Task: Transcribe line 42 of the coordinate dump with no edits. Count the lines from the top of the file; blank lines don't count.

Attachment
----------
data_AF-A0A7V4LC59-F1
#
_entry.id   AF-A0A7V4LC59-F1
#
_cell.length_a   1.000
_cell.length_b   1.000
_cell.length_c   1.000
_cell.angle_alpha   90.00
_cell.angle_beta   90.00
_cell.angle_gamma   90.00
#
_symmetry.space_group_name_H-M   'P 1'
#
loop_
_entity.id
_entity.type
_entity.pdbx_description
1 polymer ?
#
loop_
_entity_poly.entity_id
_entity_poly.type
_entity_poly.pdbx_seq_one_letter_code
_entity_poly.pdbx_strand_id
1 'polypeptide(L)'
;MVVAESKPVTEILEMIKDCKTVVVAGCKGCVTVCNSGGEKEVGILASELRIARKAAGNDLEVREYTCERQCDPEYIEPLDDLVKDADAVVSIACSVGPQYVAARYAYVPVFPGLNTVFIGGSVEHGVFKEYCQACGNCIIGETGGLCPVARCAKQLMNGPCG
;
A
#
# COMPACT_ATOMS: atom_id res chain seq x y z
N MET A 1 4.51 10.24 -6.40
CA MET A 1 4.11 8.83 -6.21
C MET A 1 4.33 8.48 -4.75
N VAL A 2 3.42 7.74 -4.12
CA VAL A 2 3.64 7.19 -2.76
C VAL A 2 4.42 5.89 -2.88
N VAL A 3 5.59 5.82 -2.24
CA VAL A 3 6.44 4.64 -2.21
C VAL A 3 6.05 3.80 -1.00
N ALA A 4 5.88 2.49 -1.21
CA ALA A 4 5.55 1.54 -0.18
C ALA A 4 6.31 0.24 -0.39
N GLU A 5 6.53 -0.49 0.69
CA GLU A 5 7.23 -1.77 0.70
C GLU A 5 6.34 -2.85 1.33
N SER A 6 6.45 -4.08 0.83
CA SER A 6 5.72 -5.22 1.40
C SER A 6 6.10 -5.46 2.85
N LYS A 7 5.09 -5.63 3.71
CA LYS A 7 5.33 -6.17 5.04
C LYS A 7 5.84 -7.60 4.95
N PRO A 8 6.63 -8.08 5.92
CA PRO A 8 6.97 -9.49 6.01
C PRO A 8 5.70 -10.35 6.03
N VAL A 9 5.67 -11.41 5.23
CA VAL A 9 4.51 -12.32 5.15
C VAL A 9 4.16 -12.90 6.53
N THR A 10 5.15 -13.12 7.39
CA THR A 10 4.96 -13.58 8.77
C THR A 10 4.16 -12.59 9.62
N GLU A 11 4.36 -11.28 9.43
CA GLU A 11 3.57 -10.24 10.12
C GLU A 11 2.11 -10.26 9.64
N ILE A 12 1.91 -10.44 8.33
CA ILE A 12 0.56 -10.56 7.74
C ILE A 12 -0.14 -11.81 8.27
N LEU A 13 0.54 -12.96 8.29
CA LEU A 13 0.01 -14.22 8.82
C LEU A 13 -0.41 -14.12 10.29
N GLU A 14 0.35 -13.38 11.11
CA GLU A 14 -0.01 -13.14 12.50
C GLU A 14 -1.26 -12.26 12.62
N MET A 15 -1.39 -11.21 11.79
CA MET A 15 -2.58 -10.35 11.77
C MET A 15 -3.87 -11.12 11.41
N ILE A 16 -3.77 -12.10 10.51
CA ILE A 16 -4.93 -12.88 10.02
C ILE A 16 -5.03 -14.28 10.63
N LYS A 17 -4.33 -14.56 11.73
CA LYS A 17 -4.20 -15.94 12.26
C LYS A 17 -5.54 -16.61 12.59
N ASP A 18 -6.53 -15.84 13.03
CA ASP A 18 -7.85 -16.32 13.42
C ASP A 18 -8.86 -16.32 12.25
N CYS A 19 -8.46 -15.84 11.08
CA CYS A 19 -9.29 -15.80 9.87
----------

C ALA A 4 6.31 0.24 -0.39